Yeah, totally. Another thing that I like to ask, you might know the answer, but I wanted to ask you anyway. Because when I I applied for my work permit, one of the requirements force, I had to apply for the PR as well, because they want me to prove that I was actually planning to stay longer, not just for a few years at once I want I should pay to stay longer. So I had to apply for the PR. But it wasn't a requirement. I don't think I would have applied because the process was so consuming. Okay, emotionally, it was like every obstacle, they put in a way that makes you feel like you're not welcome. They don't want you to stay in the country. So that feeling of bit not being worked on. At that point for like, why should I stay even longer if you guys want me I just gonna stay here for a bit longer figure out if you want to stay or not like a in a few years time. But if you ask me right now to apply for the PR, I would, I wouldn't probably going through it because the feeling ahead because I don't feel welcome here. But now looking back, that was actually pretty lucky they apply for the PR at that point, because now I just got my PR here in Canada, especially now that going through the pandemic, my visa expiring in a few months. So I feel pretty lucky. My question is, should people apply to the PR, if they have the opportunity, even though they're not secured? They're not like, hundred percent secure, they're gonna stay in the country that the country is the country they want to spend the rest of their life in or not?
Yeah, that's Yeah, that's a good question. I mean, majority of people who who come to me they want to stay here permanently. But there are the occasional people. And they're like, well, I just want a few more years in Canada. That's it. I mean, I'm not looking that far ahead. I just want I just want to make sure that I continue this job for another year, another two years. But the thing is, you know, you're here as a temporary residents and temporary resident has an end date. And every time you you know, you're close to that you have to figure out how to extend it. And it's not that simple. So yeah, it's definitely a good idea to look at permanent residency, even if you don't see yourself living here. Who knows that might happen in the future, as you gain more experience in Canada, but dad go for go for permanent residency, you don't have to deal with, you know, figuring out, okay, how do I extend my next work permit? So it is a little bit daunting, it can be a little bit frustrating, it can be a little bit, sometimes even confusing. But it's it's a step that will prevent a lot of negatives in the future.
Yeah, yeah. Another question, because when I was trying to get my work permit, I came across other people in the same situation from different countries. And their experience was very similar to mine, very frustrating. And they told me that some of the people they knew they just went back to their own country, because they were just like, so fed up with all the process, and it was so hard to get a visa, they were just like, so fed up that they decided to move back to Canada. My question is, so when people should stop trying to get a permit?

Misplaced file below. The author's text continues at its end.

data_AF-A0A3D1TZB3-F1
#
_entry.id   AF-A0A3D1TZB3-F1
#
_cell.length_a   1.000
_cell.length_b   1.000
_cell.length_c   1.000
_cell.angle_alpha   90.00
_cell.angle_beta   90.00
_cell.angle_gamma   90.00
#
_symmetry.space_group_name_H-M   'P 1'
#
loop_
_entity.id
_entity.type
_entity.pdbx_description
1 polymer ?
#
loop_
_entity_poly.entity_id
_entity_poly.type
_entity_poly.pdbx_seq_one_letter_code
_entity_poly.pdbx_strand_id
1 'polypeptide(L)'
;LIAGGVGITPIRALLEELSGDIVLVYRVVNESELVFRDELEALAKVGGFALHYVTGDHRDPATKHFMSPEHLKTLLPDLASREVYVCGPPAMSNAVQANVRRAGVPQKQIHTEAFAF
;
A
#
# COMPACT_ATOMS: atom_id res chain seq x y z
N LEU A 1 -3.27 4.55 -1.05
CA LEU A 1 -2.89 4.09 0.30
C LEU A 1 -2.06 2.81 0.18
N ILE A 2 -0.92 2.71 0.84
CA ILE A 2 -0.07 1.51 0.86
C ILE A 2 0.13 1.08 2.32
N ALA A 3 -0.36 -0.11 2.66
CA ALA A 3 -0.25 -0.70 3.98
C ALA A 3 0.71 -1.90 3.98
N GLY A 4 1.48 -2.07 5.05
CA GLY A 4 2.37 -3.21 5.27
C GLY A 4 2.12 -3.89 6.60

You know, sometimes again, look at second opinion, just to be sure. So just don't rely on one person's answer. If somebody doesn't have any more answers for you, as far as you know, the path forward, get a second opinion, potentially a third opinion, just to make sure there's nothing in front of you. But sometimes that's the truth. Unfortunately, there is no no path to stay here permanently. Unless, unless you take a drastic measurement and find a Canadian partner. Then the story changes.
Yeah, that was one little bit of recommendation I had let's just get married.
Get married. Yeah, yeah. And no, I don't know how many times I've said this, but I've said yeah, not to put you on the spot. But have you considered getting married with you know with your long term girlfriend or boyfriend? So that does happen for sure. Yeah.
Um, so Alex, any tips that you could provide to the listeners?
Yeah. So I touched on some of these throughout the conversation, but definitely do your research. You know, put into time, whenever you do any type of pretty much anything in life, don't just depend on one person that you've spoken to do some research online, make sure you have a base. And then you find somebody who is informative, who knows the stuff and then ask them a lot of questions. Like I said, Option A, option B, option C. And then if your situation is complicated, maybe maybe a little more unique, then get a second opinion as well.
Awesome. So thanks. Thanks, Alex, for for taking the time to do this, like introduction of yourself. There will be more episodes in the future with you. Maybe you can answer the question from directly from from the listeners. And, yeah, thank you. Thank you very much for your time.
I appreciate it Daniel. It was pit chatting with you. And we'll probably continue this in the future.
Totally. In the meantime, if people wants to reach out to you, where the best way to find you?
I mean, good old email. You can email me at alex@cicsimmigration, or just google search CICS, immigration, and I'm sure you'll find a link
Sweet. I will also put all the links and everything in the show notes for people that wants to reach out to you and so you can find the right place. Awesome. Thank you. Thank you very much, Alex.
Alright. It was a pleasure. Thank you very much. Have a great day.
Thank you. You too. Bye.
Thank you so much for tuning in this week. I hope you enjoy this episode and you found useful information about moving to Canada. Alex and I will do more episodes like this one in the future. He will keep us updated on the immigration world and answer your questions. Right now I'm working on adding an easy way for you to submit your questions. But the meantime you can reach out to us via social media. You can find us on Facebook, Instagram, Twitter, LinkedIn and Reddit, or email me directly. My email is firstname.lastname@example.org. If you want to support the show, you can share this episode or you can leave us a review. And if you want to be my next guest, you can visit emigrantslife.com/yourstory. Thanks again for listening. Talk to you in your next one. Ciao.